March 18, 2011 § Leave a Comment
My deepest thanks and appreciation to Pat Leuchtman for her wonderful review. Pat has been writing a weekly garden column for The Recorder in Greenfield since 1980. She has been blogging for the past several years and has posted and archived all her columns on her blog Commonweeder. Read more of Pat’s review and spend time perusing her blog, which is brimming with useful information, book reviews, insights, and missives– all beautifully organized.
Pat’s Review: Fresh Possibilities are just what I am looking for at this time of the year, so it is no surprise that I have been spending happy evenings with Kim Smith’s beautiful book that includes so many of her own delicate paintings of flowers, birds and butterflies.
Kim Smith gardens, and paints, in Gloucester. Over the years her garden has grown, as has her concern about conservation and her delight in the roads to literature and art that her garden has opened to her. Oh Garden of Fresh Possibilities: Notes from a Gloucester Garden (David R. Godine Publisher) combines all these aspects of her life in the garden in the most beautiful way.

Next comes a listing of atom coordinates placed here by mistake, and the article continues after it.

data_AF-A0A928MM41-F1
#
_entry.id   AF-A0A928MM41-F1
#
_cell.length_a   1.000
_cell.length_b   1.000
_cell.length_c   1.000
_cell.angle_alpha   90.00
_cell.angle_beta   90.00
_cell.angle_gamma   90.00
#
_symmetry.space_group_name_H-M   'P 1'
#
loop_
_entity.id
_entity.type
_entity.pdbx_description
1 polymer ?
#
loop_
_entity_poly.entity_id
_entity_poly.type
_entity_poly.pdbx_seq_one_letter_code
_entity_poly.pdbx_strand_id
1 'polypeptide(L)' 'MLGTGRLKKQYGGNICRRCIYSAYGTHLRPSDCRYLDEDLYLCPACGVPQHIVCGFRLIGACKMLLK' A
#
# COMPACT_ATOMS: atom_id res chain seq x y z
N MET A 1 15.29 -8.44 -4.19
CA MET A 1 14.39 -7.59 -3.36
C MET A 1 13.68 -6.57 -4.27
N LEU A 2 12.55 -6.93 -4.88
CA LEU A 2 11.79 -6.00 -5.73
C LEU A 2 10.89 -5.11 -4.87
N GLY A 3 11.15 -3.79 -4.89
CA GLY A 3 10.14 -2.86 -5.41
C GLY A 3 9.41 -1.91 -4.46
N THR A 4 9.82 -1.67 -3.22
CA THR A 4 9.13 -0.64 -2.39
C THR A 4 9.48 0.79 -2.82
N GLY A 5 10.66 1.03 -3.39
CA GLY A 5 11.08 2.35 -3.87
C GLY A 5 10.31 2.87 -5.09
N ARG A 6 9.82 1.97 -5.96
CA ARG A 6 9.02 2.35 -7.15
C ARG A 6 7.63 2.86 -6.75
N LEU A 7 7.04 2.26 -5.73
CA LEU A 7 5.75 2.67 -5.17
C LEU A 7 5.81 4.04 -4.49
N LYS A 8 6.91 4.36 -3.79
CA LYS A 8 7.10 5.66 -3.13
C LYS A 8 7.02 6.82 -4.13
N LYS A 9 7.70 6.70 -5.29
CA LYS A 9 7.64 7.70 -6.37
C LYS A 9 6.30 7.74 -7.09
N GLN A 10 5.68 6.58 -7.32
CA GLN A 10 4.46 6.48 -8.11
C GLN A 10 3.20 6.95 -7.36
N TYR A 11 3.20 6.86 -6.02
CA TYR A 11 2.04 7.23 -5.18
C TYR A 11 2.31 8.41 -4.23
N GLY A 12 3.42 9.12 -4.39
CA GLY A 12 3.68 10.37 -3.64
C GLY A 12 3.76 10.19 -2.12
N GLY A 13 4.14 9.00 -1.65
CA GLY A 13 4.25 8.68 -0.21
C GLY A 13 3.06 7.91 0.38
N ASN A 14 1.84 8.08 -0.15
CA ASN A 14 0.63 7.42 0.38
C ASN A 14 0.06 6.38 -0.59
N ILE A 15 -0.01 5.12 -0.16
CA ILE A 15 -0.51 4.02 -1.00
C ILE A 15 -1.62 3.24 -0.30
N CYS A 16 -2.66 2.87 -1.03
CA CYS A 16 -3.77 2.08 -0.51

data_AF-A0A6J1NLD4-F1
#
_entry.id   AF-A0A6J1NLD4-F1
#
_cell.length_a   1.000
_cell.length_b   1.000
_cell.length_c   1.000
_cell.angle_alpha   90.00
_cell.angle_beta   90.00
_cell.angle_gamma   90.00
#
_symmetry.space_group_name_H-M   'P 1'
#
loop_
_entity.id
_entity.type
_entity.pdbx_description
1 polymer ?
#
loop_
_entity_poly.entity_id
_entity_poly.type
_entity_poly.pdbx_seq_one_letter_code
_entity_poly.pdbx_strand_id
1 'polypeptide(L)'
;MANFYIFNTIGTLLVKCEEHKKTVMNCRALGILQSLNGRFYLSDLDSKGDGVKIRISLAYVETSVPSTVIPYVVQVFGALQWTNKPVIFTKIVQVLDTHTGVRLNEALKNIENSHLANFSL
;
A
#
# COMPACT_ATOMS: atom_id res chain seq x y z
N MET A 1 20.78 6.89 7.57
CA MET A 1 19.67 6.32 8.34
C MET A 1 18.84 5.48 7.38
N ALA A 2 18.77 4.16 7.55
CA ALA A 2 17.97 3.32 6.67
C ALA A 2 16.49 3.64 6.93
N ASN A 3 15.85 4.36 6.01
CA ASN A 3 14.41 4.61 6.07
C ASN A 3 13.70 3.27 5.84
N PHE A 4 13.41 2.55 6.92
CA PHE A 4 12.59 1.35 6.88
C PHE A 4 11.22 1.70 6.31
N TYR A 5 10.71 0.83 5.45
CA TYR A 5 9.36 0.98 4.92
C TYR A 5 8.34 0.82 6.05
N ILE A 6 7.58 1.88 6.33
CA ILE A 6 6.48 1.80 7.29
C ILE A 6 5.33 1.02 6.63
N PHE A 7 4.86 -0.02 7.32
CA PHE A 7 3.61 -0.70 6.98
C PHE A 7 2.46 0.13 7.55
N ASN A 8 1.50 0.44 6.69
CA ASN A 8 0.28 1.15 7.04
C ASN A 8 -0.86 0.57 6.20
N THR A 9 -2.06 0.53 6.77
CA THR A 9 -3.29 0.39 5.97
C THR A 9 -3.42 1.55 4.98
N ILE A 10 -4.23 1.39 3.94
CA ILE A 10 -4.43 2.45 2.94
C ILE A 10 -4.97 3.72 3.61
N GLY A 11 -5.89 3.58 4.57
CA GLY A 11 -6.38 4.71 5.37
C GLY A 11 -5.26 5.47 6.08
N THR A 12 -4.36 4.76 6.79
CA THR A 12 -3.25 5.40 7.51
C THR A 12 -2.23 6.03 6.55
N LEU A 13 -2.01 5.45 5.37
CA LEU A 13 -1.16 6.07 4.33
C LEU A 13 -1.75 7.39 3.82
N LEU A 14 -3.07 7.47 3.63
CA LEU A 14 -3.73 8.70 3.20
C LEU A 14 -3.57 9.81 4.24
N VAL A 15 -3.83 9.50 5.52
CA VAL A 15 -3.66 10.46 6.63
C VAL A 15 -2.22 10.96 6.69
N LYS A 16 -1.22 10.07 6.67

With its delicate paintings of individual flowers, and butterflies, the book does not look like a how-to book, yet it includes plant lists to attract butterflies, of fragrant flowers and plants through the seasons, seasonal blooms and useful annuals. I can hardly decide which I enjoy more, the charming prose of chapters titled The Narrative of the Garden, Flowers of the Air and The Memorable Garden, the exquisite paintings, or the poetry that ranges from our own Emily Dickinson and Dorothy Parker to Li Bai (701-762 CE), a famous Chinese poet of the Tang Dynasty. I enjoy knowing that Kim has found the same delight in the connections to history and the arts that I find in the garden.
One of the two chapters I particularly found useful as well as beautiful right now is Flowers of the Air which includes information about a variety of butterflies, and the plants that they need for their life cycle. We have to remember that butterflies are not only lovely, they are important pollinators.
It is no surprise that I also enjoy Roses for the Intimate Garden. Kim’s climate is a bit more gentle than mine and she can grow more tender roses that I can, but we are both devoted to the fragrance that roses bring to our gardens and to the uncorseted exuberance of old fashioned roses.
If you want information, but also want the kind of delicious prose you find in evocative essays, an aesthetic sensibility, and beautiful illustrations, this is the book for you. Kim is an inspired gardener and writer, but she isn’t stopping there. Watch for more news about Kim and her latest project soon.